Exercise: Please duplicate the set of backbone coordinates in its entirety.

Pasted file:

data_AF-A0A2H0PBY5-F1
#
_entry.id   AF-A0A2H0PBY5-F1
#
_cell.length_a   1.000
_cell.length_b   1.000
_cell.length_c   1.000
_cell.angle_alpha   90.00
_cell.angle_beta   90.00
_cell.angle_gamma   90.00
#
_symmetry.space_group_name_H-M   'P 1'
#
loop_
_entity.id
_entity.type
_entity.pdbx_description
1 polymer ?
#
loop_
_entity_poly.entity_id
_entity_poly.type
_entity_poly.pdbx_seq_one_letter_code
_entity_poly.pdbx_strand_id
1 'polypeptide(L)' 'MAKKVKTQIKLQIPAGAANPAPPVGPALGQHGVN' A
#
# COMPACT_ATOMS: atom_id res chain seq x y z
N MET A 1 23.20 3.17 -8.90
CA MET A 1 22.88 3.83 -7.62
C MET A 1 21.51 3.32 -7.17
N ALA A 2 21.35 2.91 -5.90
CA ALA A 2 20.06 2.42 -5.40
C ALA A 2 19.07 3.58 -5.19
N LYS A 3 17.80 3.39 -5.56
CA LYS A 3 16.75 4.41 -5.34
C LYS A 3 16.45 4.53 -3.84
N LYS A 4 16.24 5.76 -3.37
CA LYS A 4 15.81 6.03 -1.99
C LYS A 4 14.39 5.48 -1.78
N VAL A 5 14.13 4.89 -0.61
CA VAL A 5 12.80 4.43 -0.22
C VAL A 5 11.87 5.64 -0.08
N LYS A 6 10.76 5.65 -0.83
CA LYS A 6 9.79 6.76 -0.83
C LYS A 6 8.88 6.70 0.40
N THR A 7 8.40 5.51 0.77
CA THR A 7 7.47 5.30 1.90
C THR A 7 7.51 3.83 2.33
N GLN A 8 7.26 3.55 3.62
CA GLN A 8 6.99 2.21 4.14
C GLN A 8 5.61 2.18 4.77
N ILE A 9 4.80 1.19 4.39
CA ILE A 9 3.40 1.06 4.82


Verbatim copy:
data_AF-A0A2H0PBY5-F1
#
_entry.id   AF-A0A2H0PBY5-F1
#
_cell.length_a   1.000
_cell.length_b   1.000
_cell.length_c   1.000
_cell.angle_alpha   90.00
_cell.angle_beta   90.00
_cell.angle_gamma   90.00
#
_symmetry.space_group_name_H-M   'P 1'
#
loop_
_entity.id
_entity.type
_entity.pdbx_description
1 polymer ?
#
loop_
_entity_poly.entity_id
_entity_poly.type
_entity_poly.pdbx_seq_one_letter_code
_entity_poly.pdbx_strand_id
1 'polypeptide(L)' 'MAKKVKTQIKLQIPAGAANPAPPVGPALGQHGVN' A
#
# COMPACT_ATOMS: atom_id res chain seq x y z
N MET A 1 23.20 3.17 -8.90
CA MET A 1 22.88 3.83 -7.62
C MET A 1 21.51 3.32 -7.17
N ALA A 2 21.35 2.91 -5.90
CA ALA A 2 20.06 2.42 -5.40
C ALA A 2 19.07 3.58 -5.19
N LYS A 3 17.80 3.39 -5.56
CA LYS A 3 16.75 4.41 -5.34
C LYS A 3 16.45 4.53 -3.84
N LYS A 4 16.24 5.76 -3.37
CA LYS A 4 15.81 6.03 -1.99
C LYS A 4 14.39 5.48 -1.78
N VAL A 5 14.13 4.89 -0.61
CA VAL A 5 12.80 4.43 -0.22
C VAL A 5 11.87 5.64 -0.08
N LYS A 6 10.76 5.65 -0.83
CA LYS A 6 9.79 6.76 -0.83
C LYS A 6 8.88 6.70 0.40
N THR A 7 8.40 5.51 0.77
CA THR A 7 7.47 5.30 1.90
C THR A 7 7.51 3.83 2.33
N GLN A 8 7.26 3.55 3.62
CA GLN A 8 6.99 2.21 4.14
C GLN A 8 5.61 2.18 4.77
N ILE A 9 4.80 1.19 4.39
CA ILE A 9 3.40 1.06 4.82